Parenting – What a Concept

Now that the mini-left-wing rant is over, I’d like to address it from the point of view of an erotic romance writer with two daughters

  • Kids should know what sex entails from the age of nine in simple, plain language
  • Kids should know that abstinence is the best policy at least until old enough to understand that with the act comes great responsibility
  • Kids should be watched like a hawk. Letting a middle schooler (10-13) roam the mall on a Saturday is sheer stupidity, dangerous and irresponsible on the part of a parent. Letting them go places without knowing where they are or who they’re with is ridiculous.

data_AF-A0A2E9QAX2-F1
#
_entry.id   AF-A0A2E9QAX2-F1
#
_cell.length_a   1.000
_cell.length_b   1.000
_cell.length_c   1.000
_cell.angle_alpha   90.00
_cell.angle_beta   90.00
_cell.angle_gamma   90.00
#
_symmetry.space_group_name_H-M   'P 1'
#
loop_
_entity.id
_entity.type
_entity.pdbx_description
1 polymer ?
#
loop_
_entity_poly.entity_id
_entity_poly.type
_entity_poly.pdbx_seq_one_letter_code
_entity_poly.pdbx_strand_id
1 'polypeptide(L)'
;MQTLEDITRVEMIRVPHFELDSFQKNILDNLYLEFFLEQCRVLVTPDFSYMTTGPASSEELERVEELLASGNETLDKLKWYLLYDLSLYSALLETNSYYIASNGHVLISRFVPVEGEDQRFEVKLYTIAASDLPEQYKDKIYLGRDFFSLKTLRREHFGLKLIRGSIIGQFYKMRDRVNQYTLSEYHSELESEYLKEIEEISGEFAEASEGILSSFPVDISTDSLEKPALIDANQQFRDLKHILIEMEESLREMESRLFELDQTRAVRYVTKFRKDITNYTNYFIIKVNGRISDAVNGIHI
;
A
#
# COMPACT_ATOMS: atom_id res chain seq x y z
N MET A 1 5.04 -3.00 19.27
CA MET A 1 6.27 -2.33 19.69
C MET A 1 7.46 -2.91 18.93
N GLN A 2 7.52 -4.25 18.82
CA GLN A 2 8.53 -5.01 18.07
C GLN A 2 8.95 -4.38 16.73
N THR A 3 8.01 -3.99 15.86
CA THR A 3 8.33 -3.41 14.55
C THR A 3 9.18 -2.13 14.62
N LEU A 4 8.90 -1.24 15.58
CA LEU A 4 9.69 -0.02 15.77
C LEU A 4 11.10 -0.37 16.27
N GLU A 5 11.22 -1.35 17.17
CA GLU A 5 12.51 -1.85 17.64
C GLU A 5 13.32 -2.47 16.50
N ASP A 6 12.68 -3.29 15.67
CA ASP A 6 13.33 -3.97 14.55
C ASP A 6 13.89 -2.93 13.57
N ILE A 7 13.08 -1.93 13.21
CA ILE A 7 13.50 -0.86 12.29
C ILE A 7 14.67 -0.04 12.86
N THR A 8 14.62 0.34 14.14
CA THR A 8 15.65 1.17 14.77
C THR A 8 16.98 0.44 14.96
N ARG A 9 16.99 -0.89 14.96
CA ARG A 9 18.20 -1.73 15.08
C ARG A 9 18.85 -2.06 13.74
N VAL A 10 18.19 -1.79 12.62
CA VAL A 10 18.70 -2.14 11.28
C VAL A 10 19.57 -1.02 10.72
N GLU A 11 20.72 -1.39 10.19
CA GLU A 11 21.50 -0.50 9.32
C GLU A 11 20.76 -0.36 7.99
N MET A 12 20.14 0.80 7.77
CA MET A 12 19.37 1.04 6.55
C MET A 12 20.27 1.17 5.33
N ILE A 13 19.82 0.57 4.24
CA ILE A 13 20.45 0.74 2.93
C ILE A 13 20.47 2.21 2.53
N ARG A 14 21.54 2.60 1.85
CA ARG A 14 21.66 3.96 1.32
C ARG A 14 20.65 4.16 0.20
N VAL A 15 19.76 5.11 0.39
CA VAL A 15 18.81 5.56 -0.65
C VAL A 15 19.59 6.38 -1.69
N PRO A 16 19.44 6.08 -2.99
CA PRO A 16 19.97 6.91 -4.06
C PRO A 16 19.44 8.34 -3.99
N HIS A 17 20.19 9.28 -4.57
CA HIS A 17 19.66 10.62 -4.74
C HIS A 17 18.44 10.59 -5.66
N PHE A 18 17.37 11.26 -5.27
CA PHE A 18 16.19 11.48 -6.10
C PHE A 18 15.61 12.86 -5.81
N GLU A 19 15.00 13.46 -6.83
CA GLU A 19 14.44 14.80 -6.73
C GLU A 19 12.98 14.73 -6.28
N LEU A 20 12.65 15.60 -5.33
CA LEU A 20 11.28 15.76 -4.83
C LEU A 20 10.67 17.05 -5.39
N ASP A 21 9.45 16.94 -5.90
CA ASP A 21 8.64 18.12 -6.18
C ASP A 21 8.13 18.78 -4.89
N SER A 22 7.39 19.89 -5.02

• Kids don’t need to be dressed up as Britney Spears wannabes or Bratz dolls – kids dressed up like little adults tend to take on the mannerisms of adults. Too many parents treat their kids like dress up dolls. Why not just let kids be kids.
  • Kids shouldn’t read erotic romance

Scrrreeeeeechh!! Yep, you read that right. Kids shouldn’t read erotic romance. My books, for all their “lush and romantic” love scenes, aren’t meant for kids under 18. Let’s face it, few kids under the age of 18 are mature enough to figure out that romance books aren’t always the same thing in real life. Then there’s the “stunt performed under controlled conditions” factor. You know what I mean…the stunt (sexual act) comes out of my mind, onto the page and it’s for readers who understand my work is fiction, not for experimentation.